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Somalia-Penal System

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Somalia Index

The Somali Penal Code, promulgated in early 1962, became effective on April 3, 1964. It was Somalia's first codification of laws designed to protect the individual and to ensure the equitable administration of justice. The basis of the code was the constitutional premise that the law has supremacy over the state and its citizens. The code placed responsibility for determining offenses and punishments on the written law and the judicial system and excluded many penal sanctions formerly observed in unwritten customary law. The authorities who drafted the code, however, did not disregard the people's past reliance on traditional rules and sanctions. The code contained some of the authority expressed by customary law and by Islamic, sharia, or religious law.

The penal laws applied to all nationals, foreigners, and stateless persons living in Somalia. Courts ruled out ignorance of the law as a justification for breaking the law or an excuse for committing an offense, but considered extenuations and mitigating factors in individual cases. The penal laws prohibited collective punishment, which was contrary to the traditional sanctions of diya-paying groups. The penal laws stipulated that if the offense constituted a violation of the code, the perpetrator had committed an unlawful act against the state and was subject to its sanctions. Judicial action under the code, however, did not rule out the possibility of additional redress in the form of diya through civil action in the courts. Siad Barre's regime attacked this tolerance of diya, and forbade its practice entirely in 1974.

Under the Somali penal code, to be criminally liable a person must have committed an act or have been guilty of an omission that caused harm or danger to the person or property of another or to the state. Further, the offense must have been committed willfully or as the result of negligence, imprudence, or illegal behavior. Under Somali penal law, the courts assumed the accused to be innocent until proved guilty beyond reasonable doubt. In criminal prosecution, the burden of proof rested with the state.

Penal laws classed offenses as either crimes or contraventions, the latter being legal violations without criminal intent. Death by shooting was the only sentence for serious offenses such as crimes against the state and murder. The penal law usually prescribed maximum and minimum punishments but left the actual sentence to the judge's discretion.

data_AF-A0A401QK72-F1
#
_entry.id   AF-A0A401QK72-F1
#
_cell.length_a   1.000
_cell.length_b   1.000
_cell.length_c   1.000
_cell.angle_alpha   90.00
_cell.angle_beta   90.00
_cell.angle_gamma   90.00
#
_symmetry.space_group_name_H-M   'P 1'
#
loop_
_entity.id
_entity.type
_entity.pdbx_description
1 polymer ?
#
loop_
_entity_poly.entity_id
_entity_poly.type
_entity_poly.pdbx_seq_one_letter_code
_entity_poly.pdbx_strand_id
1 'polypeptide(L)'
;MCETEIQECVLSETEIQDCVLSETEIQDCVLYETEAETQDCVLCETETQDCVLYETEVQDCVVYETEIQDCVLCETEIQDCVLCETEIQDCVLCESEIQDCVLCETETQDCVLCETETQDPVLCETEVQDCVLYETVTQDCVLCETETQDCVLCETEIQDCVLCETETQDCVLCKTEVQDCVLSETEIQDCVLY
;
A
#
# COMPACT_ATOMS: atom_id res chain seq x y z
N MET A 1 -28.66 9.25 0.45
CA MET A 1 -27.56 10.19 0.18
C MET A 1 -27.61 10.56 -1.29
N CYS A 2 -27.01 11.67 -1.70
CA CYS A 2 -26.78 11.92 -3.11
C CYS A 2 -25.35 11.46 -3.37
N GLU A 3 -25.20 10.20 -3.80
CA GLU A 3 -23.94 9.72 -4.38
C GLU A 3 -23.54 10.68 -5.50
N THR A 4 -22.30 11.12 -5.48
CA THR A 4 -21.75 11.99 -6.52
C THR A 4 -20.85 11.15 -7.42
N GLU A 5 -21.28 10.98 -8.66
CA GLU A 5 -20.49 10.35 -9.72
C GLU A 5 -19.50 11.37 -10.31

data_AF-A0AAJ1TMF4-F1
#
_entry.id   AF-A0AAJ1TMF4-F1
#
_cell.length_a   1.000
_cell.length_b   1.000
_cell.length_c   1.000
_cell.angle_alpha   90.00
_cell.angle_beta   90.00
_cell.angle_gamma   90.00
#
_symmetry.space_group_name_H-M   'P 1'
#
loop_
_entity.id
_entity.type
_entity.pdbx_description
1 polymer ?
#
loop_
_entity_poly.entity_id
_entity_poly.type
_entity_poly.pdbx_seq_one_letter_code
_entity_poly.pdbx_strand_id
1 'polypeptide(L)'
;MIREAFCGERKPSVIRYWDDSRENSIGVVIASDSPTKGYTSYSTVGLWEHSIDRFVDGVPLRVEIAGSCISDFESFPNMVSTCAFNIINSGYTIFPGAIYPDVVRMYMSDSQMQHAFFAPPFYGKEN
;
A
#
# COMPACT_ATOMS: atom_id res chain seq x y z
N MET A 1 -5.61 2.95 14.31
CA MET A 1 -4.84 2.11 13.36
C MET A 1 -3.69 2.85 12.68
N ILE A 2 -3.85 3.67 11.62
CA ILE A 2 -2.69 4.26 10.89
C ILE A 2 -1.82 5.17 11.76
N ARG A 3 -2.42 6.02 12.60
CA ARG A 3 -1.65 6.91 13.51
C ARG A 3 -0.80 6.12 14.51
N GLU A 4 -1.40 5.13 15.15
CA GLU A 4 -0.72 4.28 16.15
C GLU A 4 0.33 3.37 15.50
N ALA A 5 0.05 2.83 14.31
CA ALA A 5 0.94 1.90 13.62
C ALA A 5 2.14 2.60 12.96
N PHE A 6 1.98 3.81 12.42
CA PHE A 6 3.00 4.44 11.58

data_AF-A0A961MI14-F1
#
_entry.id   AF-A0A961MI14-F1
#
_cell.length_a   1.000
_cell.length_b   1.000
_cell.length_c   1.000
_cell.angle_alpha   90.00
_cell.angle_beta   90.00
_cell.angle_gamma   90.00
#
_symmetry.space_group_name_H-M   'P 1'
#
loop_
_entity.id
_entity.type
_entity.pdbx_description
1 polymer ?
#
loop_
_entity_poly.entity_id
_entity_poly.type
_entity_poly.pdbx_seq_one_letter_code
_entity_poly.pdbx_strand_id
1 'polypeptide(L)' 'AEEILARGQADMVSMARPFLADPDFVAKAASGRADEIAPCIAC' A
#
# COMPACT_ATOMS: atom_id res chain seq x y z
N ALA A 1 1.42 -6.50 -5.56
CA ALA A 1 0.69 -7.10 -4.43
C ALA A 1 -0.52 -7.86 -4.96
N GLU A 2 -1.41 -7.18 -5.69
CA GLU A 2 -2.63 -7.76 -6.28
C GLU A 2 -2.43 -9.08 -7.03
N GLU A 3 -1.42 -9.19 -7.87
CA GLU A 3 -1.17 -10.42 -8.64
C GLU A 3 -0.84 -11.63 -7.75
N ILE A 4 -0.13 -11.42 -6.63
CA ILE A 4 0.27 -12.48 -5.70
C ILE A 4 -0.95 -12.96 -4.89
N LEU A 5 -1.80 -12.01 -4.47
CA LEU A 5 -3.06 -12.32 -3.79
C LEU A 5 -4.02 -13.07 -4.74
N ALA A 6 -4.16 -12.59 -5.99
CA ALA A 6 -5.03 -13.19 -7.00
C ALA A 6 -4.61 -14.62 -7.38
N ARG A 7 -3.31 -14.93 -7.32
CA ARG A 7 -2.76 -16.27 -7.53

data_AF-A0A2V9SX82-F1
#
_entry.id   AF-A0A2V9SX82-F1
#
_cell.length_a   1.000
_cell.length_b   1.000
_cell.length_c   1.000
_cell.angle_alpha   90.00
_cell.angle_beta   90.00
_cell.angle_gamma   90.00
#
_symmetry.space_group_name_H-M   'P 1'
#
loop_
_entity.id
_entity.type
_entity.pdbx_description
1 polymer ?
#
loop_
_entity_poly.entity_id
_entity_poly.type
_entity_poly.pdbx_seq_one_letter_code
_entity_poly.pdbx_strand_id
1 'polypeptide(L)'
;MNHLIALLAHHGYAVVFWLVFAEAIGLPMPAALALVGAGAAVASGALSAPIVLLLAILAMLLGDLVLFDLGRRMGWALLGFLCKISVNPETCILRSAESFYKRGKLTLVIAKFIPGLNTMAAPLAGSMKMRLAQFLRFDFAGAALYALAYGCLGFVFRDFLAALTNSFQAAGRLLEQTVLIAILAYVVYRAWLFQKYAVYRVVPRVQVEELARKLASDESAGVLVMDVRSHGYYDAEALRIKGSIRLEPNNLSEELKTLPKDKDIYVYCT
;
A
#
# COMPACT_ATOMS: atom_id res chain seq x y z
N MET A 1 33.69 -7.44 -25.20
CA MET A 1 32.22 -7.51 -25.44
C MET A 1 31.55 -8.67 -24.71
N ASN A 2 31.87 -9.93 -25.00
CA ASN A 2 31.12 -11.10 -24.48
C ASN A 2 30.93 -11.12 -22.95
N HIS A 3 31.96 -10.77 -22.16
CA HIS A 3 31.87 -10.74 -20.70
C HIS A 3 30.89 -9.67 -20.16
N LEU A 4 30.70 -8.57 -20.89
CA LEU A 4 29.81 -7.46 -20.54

The penal laws comprised three categories. The first dealt with general principles of jurisprudence; the second defined criminal offenses and prescribed specified punishments; the third contained sixty-one articles that regulated contraventions of public order, safety, morality, and health. Penal laws took into consideration the role of punishment in restoring the offender to a useful place in society.

The Criminal Procedure Code governed matters associated with arrest and trial. The code, which conformed to British common law, prescribed the kinds and jurisdictions of criminal courts, identified the functions and responsibilities of judicial officials, outlined the rules of evidence, and regulated the conduct of trials. Normally, a person could be arrested only if caught in the act of committing an offense or upon issuance of a warrant by the proper judicial authority. The code recognized the writ of habeas corpus. Those arrested had the right to appear before a judge within twenty-four hours.

As government opposition proliferated in the late 1970s and early 1980s, the Siad Barre regime increasingly subverted or ignored Somalia's legal system. By the late 1980s, Somalia had become a police state, with citizens often falling afoul of the authorities for solely political reasons. Pressure by international human rights organizations such as Amnesty International and Africa Watch failed to slow Somalia's descent into lawlessness. After Siad Barre fell from power in January 1991, the new authorities promised to restore equity to the country's legal system. Given the many political, economic, and social problems confronting post-Siad Barre Somalia, however, it appeared unlikely that this goal would be achieved soon.

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